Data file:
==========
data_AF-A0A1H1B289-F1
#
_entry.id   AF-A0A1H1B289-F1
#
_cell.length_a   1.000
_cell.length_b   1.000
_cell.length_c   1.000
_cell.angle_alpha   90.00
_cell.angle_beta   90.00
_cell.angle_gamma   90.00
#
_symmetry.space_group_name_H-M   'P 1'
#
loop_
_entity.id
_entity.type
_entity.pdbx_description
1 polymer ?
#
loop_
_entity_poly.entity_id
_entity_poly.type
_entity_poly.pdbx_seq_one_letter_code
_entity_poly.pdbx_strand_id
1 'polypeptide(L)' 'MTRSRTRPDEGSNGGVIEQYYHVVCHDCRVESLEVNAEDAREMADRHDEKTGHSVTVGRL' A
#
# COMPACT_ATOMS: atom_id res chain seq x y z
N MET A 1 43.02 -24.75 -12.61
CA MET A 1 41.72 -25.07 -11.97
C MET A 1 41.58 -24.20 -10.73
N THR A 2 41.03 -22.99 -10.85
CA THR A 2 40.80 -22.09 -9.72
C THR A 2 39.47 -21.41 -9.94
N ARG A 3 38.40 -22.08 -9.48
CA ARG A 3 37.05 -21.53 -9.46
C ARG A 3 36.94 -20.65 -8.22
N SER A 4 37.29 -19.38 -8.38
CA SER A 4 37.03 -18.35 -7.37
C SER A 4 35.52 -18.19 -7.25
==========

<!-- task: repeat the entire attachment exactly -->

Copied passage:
data_AF-A0A1H1B289-F1
#
_entry.id   AF-A0A1H1B289-F1
#
_cell.length_a   1.000
_cell.length_b   1.000
_cell.length_c   1.000
_cell.angle_alpha   90.00
_cell.angle_beta   90.00
_cell.angle_gamma   90.00
#
_symmetry.space_group_name_H-M   'P 1'
#
loop_
_entity.id
_entity.type
_entity.pdbx_description
1 polymer ?
#
loop_
_entity_poly.entity_id
_entity_poly.type
_entity_poly.pdbx_seq_one_letter_code
_entity_poly.pdbx_strand_id
1 'polypeptide(L)' 'MTRSRTRPDEGSNGGVIEQYYHVVCHDCRVESLEVNAEDAREMADRHDEKTGHSVTVGRL' A
#
# COMPACT_ATOMS: atom_id res chain seq x y z
N MET A 1 43.02 -24.75 -12.61
CA MET A 1 41.72 -25.07 -11.97
C MET A 1 41.58 -24.20 -10.73
N THR A 2 41.03 -22.99 -10.85
CA THR A 2 40.80 -22.09 -9.72
C THR A 2 39.47 -21.41 -9.94
N ARG A 3 38.40 -22.08 -9.48
CA ARG A 3 37.05 -21.53 -9.46
C ARG A 3 36.94 -20.65 -8.22
N SER A 4 37.29 -19.38 -8.38
CA SER A 4 37.03 -18.35 -7.37
C SER A 4 35.52 -18.19 -7.25